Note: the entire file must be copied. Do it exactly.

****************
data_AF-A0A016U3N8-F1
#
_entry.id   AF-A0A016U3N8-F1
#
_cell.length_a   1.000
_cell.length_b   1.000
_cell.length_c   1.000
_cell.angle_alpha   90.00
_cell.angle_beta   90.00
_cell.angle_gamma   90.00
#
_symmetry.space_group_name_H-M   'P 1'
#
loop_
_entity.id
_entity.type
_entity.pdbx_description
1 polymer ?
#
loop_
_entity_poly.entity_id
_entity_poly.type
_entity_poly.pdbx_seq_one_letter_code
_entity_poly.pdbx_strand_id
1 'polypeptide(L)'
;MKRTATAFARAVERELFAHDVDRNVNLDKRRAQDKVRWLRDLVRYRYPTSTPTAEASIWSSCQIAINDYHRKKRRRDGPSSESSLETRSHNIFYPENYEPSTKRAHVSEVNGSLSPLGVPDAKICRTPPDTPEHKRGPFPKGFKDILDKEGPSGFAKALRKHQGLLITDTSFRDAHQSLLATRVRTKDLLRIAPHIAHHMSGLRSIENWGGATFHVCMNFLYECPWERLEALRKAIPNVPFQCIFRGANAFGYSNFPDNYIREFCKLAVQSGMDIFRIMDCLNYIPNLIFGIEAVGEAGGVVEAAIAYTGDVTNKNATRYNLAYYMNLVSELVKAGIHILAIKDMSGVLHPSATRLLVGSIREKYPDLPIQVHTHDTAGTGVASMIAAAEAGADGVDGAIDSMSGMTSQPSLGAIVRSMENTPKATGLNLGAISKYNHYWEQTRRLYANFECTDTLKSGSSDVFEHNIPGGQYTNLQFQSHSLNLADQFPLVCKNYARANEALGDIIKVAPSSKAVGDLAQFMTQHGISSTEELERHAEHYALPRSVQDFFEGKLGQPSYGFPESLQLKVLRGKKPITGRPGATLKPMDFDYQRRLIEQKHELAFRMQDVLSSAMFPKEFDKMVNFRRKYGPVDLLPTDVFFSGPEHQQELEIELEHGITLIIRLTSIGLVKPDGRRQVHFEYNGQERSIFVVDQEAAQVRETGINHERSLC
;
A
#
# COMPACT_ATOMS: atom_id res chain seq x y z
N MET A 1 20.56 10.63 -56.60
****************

data_AF-A0A016U3N8-F1
#
_entry.id   AF-A0A016U3N8-F1
#
_cell.length_a   1.000
_cell.length_b   1.000
_cell.length_c   1.000
_cell.angle_alpha   90.00
_cell.angle_beta   90.00
_cell.angle_gamma   90.00
#
_symmetry.space_group_name_H-M   'P 1'
#
loop_
_entity.id
_entity.type
_entity.pdbx_description
1 polymer ?
#
loop_
_entity_poly.entity_id
_entity_poly.type
_entity_poly.pdbx_seq_one_letter_code
_entity_poly.pdbx_strand_id
1 'polypeptide(L)'
;MKRTATAFARAVERELFAHDVDRNVNLDKRRAQDKVRWLRDLVRYRYPTSTPTAEASIWSSCQIAINDYHRKKRRRDGPSSESSLETRSHNIFYPENYEPSTKRAHVSEVNGSLSPLGVPDAKICRTPPDTPEHKRGPFPKGFKDILDKEGPSGFAKALRKHQGLLITDTSFRDAHQSLLATRVRTKDLLRIAPHIAHHMSGLRSIENWGGATFHVCMNFLYECPWERLEALRKAIPNVPFQCIFRGANAFGYSNFPDNYIREFCKLAVQSGMDIFRIMDCLNYIPNLIFGIEAVGEAGGVVEAAIAYTGDVTNKNATRYNLAYYMNLVSELVKAGIHILAIKDMSGVLHPSATRLLVGSIREKYPDLPIQVHTHDTAGTGVASMIAAAEAGADGVDGAIDSMSGMTSQPSLGAIVRSMENTPKATGLNLGAISKYNHYWEQTRRLYANFECTDTLKSGSSDVFEHNIPGGQYTNLQFQSHSLNLADQFPLVCKNYARANEALGDIIKVAPSSKAVGDLAQFMTQHGISSTEELERHAEHYALPRSVQDFFEGKLGQPSYGFPESLQLKVLRGKKPITGRPGATLKPMDFDYQRRLIEQKHELAFRMQDVLSSAMFPKEFDKMVNFRRKYGPVDLLPTDVFFSGPEHQQELEIELEHGITLIIRLTSIGLVKPDGRRQVHFEYNGQERSIFVVDQEAAQVRETGINHERSLC
;
A
#
# COMPACT_ATOMS: atom_id res chain seq x y z
N MET A 1 20.56 10.63 -56.60